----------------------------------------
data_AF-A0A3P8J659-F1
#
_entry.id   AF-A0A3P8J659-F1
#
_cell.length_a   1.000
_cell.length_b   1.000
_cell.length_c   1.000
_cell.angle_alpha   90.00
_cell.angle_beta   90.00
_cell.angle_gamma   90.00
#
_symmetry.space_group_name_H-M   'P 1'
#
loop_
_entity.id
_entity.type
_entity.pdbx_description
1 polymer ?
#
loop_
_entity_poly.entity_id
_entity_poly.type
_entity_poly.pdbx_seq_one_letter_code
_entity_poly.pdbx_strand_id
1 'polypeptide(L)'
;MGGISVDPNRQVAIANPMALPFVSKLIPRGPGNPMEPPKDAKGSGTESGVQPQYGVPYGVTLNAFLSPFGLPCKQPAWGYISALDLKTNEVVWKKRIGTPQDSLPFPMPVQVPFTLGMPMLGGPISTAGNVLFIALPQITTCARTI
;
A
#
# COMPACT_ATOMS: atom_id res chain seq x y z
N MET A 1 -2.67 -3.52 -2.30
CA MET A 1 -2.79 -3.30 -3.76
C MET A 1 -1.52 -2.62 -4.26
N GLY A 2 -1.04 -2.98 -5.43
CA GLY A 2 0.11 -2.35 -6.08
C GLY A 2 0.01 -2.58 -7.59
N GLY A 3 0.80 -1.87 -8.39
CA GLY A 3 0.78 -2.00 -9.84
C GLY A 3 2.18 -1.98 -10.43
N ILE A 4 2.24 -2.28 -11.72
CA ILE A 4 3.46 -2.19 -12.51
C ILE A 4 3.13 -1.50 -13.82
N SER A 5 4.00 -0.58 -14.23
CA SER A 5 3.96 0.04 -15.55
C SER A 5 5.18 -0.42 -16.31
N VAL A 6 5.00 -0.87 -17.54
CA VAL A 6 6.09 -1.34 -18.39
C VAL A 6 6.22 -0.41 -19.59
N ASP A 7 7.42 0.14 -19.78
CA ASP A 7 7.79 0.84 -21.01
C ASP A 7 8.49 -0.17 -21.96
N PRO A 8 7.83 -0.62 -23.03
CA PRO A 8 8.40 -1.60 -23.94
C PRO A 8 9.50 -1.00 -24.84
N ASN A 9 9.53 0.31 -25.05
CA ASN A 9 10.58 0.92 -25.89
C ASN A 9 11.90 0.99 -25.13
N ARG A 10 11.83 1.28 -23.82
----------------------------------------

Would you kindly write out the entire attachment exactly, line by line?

data_AF-A0A3P8J659-F1
#
_entry.id   AF-A0A3P8J659-F1
#
_cell.length_a   1.000
_cell.length_b   1.000
_cell.length_c   1.000
_cell.angle_alpha   90.00
_cell.angle_beta   90.00
_cell.angle_gamma   90.00
#
_symmetry.space_group_name_H-M   'P 1'
#
loop_
_entity.id
_entity.type
_entity.pdbx_description
1 polymer ?
#
loop_
_entity_poly.entity_id
_entity_poly.type
_entity_poly.pdbx_seq_one_letter_code
_entity_poly.pdbx_strand_id
1 'polypeptide(L)'
;MGGISVDPNRQVAIANPMALPFVSKLIPRGPGNPMEPPKDAKGSGTESGVQPQYGVPYGVTLNAFLSPFGLPCKQPAWGYISALDLKTNEVVWKKRIGTPQDSLPFPMPVQVPFTLGMPMLGGPISTAGNVLFIALPQITTCARTI
;
A
#
# COMPACT_ATOMS: atom_id res chain seq x y z
N MET A 1 -2.67 -3.52 -2.30
CA MET A 1 -2.79 -3.30 -3.76
C MET A 1 -1.52 -2.62 -4.26
N GLY A 2 -1.04 -2.98 -5.43
CA GLY A 2 0.11 -2.35 -6.08
C GLY A 2 0.01 -2.58 -7.59
N GLY A 3 0.80 -1.87 -8.39
CA GLY A 3 0.78 -2.00 -9.84
C GLY A 3 2.18 -1.98 -10.43
N ILE A 4 2.24 -2.28 -11.72
CA ILE A 4 3.46 -2.19 -12.51
C ILE A 4 3.13 -1.50 -13.82
N SER A 5 4.00 -0.58 -14.23
CA SER A 5 3.96 0.04 -15.55
C SER A 5 5.18 -0.42 -16.31
N VAL A 6 5.00 -0.87 -17.54
CA VAL A 6 6.09 -1.34 -18.39
C VAL A 6 6.22 -0.41 -19.59
N ASP A 7 7.42 0.14 -19.78
CA ASP A 7 7.79 0.84 -21.01
C ASP A 7 8.49 -0.17 -21.96
N PRO A 8 7.83 -0.62 -23.03
CA PRO A 8 8.40 -1.60 -23.94
C PRO A 8 9.50 -1.00 -24.84
N ASN A 9 9.53 0.31 -25.05
CA ASN A 9 10.58 0.92 -25.89
C ASN A 9 11.90 0.99 -25.13
N ARG A 10 11.83 1.28 -23.82